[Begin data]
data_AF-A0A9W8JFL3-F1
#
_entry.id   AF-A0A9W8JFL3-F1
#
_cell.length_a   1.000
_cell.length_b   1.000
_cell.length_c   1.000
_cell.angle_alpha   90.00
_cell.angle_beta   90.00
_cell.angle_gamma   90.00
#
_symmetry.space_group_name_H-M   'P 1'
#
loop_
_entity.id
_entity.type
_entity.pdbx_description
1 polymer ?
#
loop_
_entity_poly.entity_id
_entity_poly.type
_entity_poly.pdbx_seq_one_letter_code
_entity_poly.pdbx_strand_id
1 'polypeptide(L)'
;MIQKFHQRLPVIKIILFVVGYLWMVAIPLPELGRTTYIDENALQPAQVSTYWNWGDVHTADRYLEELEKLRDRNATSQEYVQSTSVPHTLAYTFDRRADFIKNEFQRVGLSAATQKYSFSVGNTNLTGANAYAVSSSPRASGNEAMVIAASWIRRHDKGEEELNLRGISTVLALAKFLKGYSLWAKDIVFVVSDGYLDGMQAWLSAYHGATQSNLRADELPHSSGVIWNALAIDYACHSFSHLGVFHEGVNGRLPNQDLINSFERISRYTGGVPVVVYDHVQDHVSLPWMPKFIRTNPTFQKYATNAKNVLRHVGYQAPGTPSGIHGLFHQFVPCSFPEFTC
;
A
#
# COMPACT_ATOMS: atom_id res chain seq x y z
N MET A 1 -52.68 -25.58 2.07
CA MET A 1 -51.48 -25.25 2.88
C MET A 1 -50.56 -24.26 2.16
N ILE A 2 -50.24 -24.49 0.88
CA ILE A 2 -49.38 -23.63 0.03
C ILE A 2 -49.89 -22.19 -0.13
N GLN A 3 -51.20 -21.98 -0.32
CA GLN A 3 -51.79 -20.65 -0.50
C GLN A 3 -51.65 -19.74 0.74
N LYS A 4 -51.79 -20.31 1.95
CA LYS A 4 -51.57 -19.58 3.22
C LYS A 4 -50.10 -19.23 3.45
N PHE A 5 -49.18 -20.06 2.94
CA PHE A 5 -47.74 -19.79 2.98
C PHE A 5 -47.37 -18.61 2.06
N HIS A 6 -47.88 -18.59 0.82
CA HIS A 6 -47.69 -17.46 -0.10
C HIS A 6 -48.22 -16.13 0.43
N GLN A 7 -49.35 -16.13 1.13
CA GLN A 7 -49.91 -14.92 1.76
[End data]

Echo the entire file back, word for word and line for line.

data_AF-A0A9W8JFL3-F1
#
_entry.id   AF-A0A9W8JFL3-F1
#
_cell.length_a   1.000
_cell.length_b   1.000
_cell.length_c   1.000
_cell.angle_alpha   90.00
_cell.angle_beta   90.00
_cell.angle_gamma   90.00
#
_symmetry.space_group_name_H-M   'P 1'
#
loop_
_entity.id
_entity.type
_entity.pdbx_description
1 polymer ?
#
loop_
_entity_poly.entity_id
_entity_poly.type
_entity_poly.pdbx_seq_one_letter_code
_entity_poly.pdbx_strand_id
1 'polypeptide(L)'
;MIQKFHQRLPVIKIILFVVGYLWMVAIPLPELGRTTYIDENALQPAQVSTYWNWGDVHTADRYLEELEKLRDRNATSQEYVQSTSVPHTLAYTFDRRADFIKNEFQRVGLSAATQKYSFSVGNTNLTGANAYAVSSSPRASGNEAMVIAASWIRRHDKGEEELNLRGISTVLALAKFLKGYSLWAKDIVFVVSDGYLDGMQAWLSAYHGATQSNLRADELPHSSGVIWNALAIDYACHSFSHLGVFHEGVNGRLPNQDLINSFERISRYTGGVPVVVYDHVQDHVSLPWMPKFIRTNPTFQKYATNAKNVLRHVGYQAPGTPSGIHGLFHQFVPCSFPEFTC
;
A
#
# COMPACT_ATOMS: atom_id res chain seq x y z
N MET A 1 -52.68 -25.58 2.07
CA MET A 1 -51.48 -25.25 2.88
C MET A 1 -50.56 -24.26 2.16
N ILE A 2 -50.24 -24.49 0.88
CA ILE A 2 -49.38 -23.63 0.03
C ILE A 2 -49.89 -22.19 -0.13
N GLN A 3 -51.20 -21.98 -0.32
CA GLN A 3 -51.79 -20.65 -0.50
C GLN A 3 -51.65 -19.74 0.74
N LYS A 4 -51.79 -20.31 1.95
CA LYS A 4 -51.57 -19.58 3.22
C LYS A 4 -50.10 -19.23 3.45
N PHE A 5 -49.18 -20.06 2.94
CA PHE A 5 -47.74 -19.79 2.98
C PHE A 5 -47.37 -18.61 2.06
N HIS A 6 -47.88 -18.59 0.82
CA HIS A 6 -47.69 -17.46 -0.10
C HIS A 6 -48.22 -16.13 0.43
N GLN A 7 -49.35 -16.13 1.13
CA GLN A 7 -49.91 -14.92 1.76